The Power of the Adolescent Girl: Vision for 2030
International Day of the Girl Child (Day of the Girl) is celebrated annually on October 11 to highlight issues concerning the gender inequality facing young girls. This year’s theme is “The Power of the Adolescent Girl: Vision for 2030.”
There are nearly 600 million girls aged 10 to 19 in the world today, each with limitless individual potential, however they are disappearing from public awareness and the international development agenda. Between inequities in secondary education to protection issues, adolescent girls are uniquely impacted and should benefit from targeted investments and programmes that address their distinct needs. Investing in adolescent girls can have a formidable ripple effect to create a better world by 2030. On this International Day of the Girl, join us in highlighting the unique challenges and potential of adolescent girls.
International Day of the Girl Child:
On December 19, 2011, the United Nations General Assembly adopted Resolution 66/170 to declare 11 October as the International Day of the Girl Child to recognize girls’ rights and the unique challenges girls face around the world. This is in recognition by the United Nations of the fact that empowerment of and investment in girls is critical for economic growth, the achievement of millennium development goals, including the eradication of poverty and extreme poverty, as well as the meaningful participation of girls in decisions that affect them. In 2012, the theme for the day was "My Life. My Right. End Child Marriages."In 2013, the theme for the day was "Innovating for Girls' Education."In 2014, the theme for the day was "Empowering Adolescent Girls: Ending the Cycle of Violence."
Girls are our future. This year, for the fourth annual International Day of the Girl Child, on 11 October, join global efforts to ensure a world free of discrimination for young women and girls.
This year’s theme focuses on adolescent girls and the Sustainable Development Goals, which set a range of international targets, including on gender equality, to be achieved by 2030.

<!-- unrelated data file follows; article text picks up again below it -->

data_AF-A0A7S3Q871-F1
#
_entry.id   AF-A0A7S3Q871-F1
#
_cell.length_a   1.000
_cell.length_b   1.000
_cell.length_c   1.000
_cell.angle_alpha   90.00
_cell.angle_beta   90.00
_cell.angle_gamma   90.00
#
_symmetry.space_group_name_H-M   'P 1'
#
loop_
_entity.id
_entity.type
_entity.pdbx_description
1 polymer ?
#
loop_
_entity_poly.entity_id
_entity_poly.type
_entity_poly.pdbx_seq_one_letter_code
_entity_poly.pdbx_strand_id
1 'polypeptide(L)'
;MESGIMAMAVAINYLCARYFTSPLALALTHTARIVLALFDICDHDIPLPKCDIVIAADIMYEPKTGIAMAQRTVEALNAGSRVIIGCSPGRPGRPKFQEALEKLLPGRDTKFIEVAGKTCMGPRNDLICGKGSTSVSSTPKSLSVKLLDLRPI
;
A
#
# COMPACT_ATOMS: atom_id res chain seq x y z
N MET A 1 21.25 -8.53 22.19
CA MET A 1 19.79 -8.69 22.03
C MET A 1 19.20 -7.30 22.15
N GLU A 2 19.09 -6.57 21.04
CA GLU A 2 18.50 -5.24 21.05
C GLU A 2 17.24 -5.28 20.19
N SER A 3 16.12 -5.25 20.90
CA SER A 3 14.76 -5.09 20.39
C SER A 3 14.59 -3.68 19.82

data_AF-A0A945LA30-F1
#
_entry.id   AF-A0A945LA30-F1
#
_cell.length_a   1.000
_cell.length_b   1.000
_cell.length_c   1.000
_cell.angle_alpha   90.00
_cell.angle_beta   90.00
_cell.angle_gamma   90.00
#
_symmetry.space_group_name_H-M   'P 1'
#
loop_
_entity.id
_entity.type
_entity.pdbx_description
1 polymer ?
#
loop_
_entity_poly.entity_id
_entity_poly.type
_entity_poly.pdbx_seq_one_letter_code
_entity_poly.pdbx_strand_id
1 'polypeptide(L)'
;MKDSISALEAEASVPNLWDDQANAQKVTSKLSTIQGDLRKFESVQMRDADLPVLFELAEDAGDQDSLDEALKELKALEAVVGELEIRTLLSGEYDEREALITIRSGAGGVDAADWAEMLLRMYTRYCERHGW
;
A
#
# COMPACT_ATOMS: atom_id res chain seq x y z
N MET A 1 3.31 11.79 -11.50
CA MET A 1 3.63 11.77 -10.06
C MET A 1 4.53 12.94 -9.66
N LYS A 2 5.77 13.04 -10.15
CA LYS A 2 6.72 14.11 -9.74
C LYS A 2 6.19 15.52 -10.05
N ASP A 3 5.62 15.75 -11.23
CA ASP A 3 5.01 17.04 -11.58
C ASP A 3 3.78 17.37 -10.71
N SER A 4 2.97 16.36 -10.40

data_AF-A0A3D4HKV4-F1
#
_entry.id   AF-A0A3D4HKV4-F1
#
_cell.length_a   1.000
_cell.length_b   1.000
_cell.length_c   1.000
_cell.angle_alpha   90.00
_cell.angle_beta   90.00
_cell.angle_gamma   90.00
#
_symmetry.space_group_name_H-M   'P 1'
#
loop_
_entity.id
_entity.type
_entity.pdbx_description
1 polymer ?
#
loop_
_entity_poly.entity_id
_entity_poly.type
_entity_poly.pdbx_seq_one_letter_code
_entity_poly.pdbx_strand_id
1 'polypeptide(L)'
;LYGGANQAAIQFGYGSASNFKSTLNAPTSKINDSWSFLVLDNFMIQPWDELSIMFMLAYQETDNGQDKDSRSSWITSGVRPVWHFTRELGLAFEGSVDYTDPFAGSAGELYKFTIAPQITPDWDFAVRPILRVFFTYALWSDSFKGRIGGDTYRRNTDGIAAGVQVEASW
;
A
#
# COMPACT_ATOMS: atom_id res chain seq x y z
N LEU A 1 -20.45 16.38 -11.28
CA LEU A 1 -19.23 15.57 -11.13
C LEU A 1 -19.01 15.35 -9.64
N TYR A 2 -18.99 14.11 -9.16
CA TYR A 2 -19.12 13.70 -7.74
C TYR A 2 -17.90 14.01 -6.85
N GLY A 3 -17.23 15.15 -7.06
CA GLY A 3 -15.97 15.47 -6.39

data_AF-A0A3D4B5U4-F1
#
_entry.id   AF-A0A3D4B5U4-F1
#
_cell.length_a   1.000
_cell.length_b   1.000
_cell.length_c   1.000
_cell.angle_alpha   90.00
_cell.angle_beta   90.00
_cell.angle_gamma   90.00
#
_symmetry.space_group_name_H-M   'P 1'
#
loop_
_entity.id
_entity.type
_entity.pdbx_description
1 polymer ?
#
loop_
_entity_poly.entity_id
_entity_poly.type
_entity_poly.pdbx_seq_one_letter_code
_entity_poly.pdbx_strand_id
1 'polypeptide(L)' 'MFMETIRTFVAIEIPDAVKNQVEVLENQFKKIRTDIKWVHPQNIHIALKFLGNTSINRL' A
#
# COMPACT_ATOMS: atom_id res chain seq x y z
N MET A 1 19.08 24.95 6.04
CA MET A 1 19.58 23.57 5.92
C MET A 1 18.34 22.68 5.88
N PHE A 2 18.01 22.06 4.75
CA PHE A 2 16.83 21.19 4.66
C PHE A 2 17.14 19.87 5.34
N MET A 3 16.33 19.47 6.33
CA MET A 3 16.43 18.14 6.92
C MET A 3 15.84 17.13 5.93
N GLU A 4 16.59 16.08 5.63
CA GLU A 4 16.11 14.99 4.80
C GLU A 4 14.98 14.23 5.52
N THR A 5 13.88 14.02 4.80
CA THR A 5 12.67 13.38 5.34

As a particularly vulnerable demographic, adolescent girls face social, economic and political barriers. While they hold the potential to become leaders and effect change, their empowerment can be hindered by factors such as unwanted pregnancy, forced early marriage, gender-based violence and limited access to higher education and reproductive health services.In numbers
Worldwide, more than 700 million women were married as children (below 18 years of age). More than one in three—or some 250 million—were married before 15. And child brides are often unable to effectively negotiate safe sex, leaving them vulnerable to sexually transmitted infections and unwanted pregnancy .
Every 10 minutes, somewhere in the world, anadolescent girl dies as a result of violence .
In emergencies, adolescent girls are especially vulnerable to sexual violence, and in some cases, are abducted and exploited for sexual purposes by armed groups .
Nearly half (44 per cent) of adolescent girls worldwide aged 15 to 19 think a husband or partner is justified in hitting or beating his wife or partner under certain circumstances.
More in a live show with Amy Banda on Ltm TV and for feature stories, facts and figures, visit on http://www.unwomen.org/en/news/in-focus/girl-child